This psychdelic marbled binding is on Le Terrecotte Figurate del Museo Nazionale di Napoli, or, “The Figured Terracottas of the National Museum of Naples.” The book is by archaeologist and historian Alda Levi (1890-1950) and was published by Vallecchi Firenze Publishing House in 1926. Levi’s work included excavations on the Via dell’Abbondanza, the longest road in Pompeii. She was an influential figure in Italian archaeology during the first half of the 20th century despite being a woman and being Jewish. Levi was persecuted by the Fascist government and survived the Holocaust by hiding in Rome.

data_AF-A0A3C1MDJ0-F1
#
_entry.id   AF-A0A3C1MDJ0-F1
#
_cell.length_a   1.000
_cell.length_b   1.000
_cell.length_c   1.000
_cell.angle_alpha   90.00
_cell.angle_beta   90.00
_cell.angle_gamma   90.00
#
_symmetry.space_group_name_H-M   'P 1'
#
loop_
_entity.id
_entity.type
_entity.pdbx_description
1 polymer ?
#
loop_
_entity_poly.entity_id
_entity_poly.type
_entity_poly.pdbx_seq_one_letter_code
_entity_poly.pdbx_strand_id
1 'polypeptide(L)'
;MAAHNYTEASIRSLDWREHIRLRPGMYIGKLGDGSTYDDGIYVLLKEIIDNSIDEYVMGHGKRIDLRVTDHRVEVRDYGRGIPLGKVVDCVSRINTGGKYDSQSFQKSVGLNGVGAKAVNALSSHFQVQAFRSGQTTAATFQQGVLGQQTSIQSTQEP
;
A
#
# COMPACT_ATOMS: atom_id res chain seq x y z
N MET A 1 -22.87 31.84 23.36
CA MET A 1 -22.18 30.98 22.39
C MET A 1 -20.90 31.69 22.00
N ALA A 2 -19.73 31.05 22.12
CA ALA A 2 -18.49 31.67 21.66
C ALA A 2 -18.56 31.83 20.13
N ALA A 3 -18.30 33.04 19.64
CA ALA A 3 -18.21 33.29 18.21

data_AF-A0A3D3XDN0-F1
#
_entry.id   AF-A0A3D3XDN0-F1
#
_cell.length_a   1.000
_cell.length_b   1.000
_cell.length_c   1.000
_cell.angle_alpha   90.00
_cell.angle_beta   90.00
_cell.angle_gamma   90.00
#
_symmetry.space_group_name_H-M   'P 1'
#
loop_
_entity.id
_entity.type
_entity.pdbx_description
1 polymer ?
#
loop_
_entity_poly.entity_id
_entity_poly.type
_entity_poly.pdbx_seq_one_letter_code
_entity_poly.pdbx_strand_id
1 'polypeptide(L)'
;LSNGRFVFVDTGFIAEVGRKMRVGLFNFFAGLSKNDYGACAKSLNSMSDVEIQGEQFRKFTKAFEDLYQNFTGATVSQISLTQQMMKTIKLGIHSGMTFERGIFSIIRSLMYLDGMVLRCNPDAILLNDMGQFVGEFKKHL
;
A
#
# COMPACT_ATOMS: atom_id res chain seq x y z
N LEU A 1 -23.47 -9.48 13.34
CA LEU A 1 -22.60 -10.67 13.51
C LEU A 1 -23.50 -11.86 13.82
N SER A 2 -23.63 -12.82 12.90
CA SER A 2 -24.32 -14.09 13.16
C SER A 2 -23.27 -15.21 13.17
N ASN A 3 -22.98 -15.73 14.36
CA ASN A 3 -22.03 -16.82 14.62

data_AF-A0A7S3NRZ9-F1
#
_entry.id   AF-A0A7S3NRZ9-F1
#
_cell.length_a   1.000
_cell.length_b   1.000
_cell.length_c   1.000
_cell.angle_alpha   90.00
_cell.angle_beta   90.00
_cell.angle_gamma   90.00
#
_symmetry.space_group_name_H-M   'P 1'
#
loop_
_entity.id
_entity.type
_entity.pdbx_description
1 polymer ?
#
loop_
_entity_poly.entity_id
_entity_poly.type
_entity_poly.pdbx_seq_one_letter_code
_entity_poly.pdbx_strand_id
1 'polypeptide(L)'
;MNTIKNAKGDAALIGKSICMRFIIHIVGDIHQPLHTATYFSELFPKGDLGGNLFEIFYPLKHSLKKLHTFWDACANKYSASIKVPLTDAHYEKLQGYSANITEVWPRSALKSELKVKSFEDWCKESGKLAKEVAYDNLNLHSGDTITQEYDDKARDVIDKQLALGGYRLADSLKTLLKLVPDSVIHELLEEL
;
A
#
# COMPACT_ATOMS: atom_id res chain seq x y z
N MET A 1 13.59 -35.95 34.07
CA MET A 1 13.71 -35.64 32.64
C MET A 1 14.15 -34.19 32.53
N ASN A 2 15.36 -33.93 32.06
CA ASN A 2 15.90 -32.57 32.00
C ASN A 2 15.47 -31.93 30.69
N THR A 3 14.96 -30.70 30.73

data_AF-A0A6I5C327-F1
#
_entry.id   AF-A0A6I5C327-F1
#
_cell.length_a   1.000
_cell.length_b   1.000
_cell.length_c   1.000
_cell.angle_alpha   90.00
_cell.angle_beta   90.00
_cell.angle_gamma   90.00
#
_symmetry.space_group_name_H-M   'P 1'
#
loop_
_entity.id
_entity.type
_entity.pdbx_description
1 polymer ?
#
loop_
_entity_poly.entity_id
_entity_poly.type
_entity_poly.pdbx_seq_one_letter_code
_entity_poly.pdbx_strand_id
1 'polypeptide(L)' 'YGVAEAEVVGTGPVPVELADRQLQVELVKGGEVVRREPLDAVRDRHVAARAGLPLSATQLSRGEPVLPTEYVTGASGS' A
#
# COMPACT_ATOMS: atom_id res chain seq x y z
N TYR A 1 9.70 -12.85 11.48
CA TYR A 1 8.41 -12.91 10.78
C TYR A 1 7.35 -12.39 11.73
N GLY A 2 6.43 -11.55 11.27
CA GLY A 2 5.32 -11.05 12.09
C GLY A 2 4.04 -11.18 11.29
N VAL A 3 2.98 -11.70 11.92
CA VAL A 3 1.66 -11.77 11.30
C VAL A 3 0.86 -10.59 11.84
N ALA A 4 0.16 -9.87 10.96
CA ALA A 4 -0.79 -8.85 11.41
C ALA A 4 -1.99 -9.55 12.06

This marbling appears to be a pattern called Gloster (also known as Gloucester, Partidge’s Eye, Oeil de Perdrix, and Stein Marmor mit Grießtropfen). This pattern is created by starting with a Turkish base, then a comb with one set of teeth is drawn across the bath twice vertically (or horizontally), once in either direction with the second pass halving the first. Then one or more colors of ink mixed with a dispersant are sprinkled onto the bath, causing those last spots to have open, very fine spots inside them.